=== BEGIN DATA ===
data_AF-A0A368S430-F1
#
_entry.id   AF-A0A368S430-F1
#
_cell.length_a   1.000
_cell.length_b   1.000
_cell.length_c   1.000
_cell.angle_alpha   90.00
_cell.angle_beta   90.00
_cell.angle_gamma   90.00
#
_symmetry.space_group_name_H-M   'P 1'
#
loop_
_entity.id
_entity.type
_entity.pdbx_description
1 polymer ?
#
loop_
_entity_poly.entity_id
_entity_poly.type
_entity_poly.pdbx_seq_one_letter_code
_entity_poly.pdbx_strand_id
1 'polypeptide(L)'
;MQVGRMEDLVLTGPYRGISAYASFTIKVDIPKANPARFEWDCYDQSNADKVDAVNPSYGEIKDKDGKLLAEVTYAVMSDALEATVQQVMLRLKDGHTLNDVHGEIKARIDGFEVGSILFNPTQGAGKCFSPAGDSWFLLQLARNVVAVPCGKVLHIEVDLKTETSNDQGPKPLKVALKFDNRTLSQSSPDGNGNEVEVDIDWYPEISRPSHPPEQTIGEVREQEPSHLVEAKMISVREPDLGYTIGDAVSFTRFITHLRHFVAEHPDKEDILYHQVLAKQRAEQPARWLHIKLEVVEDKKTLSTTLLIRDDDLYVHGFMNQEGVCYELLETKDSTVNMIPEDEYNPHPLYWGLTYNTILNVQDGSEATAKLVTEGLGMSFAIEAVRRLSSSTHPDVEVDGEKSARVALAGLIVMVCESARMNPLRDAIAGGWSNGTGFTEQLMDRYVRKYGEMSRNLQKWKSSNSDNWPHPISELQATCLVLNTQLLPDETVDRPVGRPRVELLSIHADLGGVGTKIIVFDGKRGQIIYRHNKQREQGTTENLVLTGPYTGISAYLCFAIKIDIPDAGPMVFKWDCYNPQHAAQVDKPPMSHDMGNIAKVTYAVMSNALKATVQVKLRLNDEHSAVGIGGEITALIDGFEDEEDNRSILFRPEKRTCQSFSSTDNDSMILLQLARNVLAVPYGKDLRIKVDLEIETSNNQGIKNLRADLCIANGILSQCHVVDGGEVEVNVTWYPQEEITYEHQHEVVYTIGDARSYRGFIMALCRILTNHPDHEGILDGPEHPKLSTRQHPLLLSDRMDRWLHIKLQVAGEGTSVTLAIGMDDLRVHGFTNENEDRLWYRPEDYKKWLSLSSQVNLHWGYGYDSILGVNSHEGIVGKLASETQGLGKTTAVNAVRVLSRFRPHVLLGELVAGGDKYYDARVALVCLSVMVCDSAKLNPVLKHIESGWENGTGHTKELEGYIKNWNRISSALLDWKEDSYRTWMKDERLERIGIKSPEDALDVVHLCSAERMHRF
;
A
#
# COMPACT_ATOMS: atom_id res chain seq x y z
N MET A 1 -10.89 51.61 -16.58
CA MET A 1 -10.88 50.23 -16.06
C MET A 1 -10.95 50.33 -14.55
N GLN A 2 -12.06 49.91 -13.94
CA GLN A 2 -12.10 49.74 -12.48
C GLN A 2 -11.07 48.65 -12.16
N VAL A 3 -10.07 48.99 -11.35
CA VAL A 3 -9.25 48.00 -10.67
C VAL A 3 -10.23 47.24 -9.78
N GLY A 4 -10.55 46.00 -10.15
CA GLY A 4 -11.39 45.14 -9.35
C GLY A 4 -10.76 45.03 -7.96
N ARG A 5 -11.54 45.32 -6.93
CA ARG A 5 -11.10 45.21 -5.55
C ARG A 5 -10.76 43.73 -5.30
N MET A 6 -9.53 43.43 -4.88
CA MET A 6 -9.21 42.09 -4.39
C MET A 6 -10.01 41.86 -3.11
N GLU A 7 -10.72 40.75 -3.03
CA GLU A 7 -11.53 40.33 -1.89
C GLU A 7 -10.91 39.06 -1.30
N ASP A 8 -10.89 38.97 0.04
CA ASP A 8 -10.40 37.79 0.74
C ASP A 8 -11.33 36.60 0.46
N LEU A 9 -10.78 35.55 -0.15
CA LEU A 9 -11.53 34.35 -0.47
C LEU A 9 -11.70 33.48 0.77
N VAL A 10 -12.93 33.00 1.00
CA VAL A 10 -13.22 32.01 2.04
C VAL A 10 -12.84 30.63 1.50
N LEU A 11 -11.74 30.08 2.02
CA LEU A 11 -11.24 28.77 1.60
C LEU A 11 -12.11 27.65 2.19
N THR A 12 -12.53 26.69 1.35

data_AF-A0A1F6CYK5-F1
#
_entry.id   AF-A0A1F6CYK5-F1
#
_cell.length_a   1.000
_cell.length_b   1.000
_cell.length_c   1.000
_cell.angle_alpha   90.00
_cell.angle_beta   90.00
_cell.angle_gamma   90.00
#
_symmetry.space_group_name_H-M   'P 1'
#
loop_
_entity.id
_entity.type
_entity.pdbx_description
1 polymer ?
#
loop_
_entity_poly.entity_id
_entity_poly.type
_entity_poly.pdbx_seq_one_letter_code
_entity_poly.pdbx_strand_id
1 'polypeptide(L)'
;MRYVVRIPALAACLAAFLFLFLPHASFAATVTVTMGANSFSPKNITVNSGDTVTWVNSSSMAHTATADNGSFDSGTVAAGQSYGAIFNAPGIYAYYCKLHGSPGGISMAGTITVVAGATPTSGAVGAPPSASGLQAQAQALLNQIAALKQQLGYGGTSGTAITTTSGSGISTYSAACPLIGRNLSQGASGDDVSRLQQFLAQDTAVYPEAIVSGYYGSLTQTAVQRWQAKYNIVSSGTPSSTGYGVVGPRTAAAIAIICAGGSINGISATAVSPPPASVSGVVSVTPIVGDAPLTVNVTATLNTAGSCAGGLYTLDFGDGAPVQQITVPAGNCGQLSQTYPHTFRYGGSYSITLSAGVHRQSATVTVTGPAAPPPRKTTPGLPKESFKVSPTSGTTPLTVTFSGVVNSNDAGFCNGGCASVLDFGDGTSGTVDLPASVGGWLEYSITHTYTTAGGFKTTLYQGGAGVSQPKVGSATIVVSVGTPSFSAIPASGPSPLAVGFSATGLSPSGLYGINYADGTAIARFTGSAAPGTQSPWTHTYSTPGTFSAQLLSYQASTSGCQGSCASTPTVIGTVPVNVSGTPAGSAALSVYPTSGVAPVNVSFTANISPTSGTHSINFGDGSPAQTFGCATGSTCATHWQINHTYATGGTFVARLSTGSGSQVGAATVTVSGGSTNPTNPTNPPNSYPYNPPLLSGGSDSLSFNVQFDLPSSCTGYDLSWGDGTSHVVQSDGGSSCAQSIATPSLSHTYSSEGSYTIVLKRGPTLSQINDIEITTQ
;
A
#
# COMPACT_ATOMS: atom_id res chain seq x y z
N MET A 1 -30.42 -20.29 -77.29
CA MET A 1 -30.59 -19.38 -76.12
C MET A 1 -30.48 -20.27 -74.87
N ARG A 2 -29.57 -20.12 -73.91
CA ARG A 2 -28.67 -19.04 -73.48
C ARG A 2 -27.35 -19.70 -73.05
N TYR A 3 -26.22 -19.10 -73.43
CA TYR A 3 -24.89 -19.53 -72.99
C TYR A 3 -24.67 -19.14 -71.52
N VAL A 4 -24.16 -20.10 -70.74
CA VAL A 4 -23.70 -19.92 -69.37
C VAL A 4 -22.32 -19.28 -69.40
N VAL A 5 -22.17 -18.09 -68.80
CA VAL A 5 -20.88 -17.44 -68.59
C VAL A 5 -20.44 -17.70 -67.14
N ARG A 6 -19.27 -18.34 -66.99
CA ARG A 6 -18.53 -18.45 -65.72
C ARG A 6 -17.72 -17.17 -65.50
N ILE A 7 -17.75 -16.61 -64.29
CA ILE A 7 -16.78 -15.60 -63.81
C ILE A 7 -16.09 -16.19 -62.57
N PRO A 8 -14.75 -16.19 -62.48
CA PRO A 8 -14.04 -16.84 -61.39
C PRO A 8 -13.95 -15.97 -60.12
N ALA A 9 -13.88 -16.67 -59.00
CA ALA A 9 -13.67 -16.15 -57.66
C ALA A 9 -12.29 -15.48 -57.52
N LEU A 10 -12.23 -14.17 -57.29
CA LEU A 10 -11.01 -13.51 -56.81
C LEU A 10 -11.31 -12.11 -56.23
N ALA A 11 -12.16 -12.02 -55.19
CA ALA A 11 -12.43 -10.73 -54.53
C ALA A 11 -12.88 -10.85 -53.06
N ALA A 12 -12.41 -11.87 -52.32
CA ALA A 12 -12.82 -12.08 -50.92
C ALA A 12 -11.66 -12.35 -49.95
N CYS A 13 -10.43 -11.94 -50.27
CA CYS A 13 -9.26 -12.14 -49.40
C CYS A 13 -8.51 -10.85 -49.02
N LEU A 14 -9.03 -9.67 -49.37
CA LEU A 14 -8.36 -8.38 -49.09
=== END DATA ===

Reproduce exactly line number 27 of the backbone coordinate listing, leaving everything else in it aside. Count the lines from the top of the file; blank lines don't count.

;